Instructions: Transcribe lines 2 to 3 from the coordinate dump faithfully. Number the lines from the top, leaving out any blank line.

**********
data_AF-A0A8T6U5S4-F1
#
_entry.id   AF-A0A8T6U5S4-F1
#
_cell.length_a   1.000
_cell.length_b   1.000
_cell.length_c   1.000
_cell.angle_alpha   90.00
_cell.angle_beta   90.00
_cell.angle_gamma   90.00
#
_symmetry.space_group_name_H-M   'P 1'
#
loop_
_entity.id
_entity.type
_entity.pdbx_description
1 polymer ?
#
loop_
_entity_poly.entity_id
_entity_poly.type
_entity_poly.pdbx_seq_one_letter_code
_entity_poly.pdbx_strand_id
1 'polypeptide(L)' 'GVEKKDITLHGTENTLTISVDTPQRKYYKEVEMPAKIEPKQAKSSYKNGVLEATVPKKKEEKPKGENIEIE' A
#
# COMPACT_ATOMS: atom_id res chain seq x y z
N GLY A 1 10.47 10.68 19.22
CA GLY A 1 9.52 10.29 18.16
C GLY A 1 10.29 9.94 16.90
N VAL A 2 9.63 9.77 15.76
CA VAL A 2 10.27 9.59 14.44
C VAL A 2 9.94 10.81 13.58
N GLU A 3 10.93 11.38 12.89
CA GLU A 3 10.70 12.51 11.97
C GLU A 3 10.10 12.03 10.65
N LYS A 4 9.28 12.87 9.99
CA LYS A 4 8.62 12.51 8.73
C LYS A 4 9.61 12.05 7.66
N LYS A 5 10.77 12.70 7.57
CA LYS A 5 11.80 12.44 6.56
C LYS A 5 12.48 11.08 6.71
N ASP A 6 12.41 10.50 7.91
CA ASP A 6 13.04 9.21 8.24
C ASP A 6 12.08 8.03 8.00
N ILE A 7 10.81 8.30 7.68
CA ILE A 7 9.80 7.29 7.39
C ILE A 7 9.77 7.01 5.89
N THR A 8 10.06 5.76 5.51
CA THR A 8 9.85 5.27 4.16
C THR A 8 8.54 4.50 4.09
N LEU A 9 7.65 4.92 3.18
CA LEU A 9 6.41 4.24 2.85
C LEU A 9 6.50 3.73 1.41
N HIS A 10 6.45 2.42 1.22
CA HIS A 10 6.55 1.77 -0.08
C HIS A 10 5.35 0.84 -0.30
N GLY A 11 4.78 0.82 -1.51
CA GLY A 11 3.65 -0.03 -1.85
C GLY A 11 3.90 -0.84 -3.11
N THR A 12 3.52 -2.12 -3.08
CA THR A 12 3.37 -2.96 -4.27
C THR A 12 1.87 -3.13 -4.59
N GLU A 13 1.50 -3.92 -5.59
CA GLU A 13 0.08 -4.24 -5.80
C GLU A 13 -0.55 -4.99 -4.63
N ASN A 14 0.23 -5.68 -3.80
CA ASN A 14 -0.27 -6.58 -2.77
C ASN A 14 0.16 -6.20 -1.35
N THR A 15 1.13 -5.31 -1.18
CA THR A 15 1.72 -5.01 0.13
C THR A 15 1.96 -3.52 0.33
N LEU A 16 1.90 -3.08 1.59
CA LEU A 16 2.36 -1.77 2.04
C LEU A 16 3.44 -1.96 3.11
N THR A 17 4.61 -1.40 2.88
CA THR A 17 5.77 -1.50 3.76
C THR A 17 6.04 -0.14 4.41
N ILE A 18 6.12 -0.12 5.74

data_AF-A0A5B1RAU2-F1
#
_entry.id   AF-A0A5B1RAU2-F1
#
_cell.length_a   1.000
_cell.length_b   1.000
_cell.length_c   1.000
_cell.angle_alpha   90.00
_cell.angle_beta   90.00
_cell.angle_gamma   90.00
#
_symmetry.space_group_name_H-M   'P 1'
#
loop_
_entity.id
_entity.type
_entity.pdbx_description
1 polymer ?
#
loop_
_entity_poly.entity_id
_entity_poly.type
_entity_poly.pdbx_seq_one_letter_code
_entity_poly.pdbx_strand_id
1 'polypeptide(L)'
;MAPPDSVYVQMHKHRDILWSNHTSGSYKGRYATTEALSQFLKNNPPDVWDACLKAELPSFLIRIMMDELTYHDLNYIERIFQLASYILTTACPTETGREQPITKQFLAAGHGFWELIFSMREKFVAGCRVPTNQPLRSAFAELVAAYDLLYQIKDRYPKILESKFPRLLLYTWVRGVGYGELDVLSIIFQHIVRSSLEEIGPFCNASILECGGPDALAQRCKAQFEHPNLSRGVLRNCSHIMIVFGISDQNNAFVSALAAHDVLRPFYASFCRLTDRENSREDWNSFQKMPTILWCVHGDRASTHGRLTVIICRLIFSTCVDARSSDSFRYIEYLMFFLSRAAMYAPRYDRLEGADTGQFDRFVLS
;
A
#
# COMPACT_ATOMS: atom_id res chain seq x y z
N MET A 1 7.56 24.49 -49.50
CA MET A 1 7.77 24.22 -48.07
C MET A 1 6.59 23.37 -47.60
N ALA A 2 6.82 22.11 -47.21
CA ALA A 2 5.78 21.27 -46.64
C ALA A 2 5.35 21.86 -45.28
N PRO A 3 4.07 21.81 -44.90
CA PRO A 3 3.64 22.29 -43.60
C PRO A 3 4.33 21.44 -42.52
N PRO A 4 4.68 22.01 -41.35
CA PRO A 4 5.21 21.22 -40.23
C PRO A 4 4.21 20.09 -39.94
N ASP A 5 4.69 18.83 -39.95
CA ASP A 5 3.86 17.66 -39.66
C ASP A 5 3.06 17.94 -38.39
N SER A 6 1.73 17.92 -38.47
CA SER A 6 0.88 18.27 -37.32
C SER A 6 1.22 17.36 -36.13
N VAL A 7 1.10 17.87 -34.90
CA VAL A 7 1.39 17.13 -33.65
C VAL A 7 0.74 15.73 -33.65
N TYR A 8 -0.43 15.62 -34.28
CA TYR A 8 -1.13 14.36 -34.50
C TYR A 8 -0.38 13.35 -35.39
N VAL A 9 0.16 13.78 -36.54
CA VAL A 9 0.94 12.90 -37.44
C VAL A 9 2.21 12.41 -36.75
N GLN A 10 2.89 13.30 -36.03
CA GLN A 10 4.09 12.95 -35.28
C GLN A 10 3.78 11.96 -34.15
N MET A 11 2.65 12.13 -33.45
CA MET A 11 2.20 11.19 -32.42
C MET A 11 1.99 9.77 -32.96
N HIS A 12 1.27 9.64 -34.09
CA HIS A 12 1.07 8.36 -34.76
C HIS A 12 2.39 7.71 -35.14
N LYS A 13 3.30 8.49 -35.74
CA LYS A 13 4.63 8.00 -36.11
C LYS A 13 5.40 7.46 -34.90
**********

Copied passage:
#
_entry.id   AF-A0A8T6U5S4-F1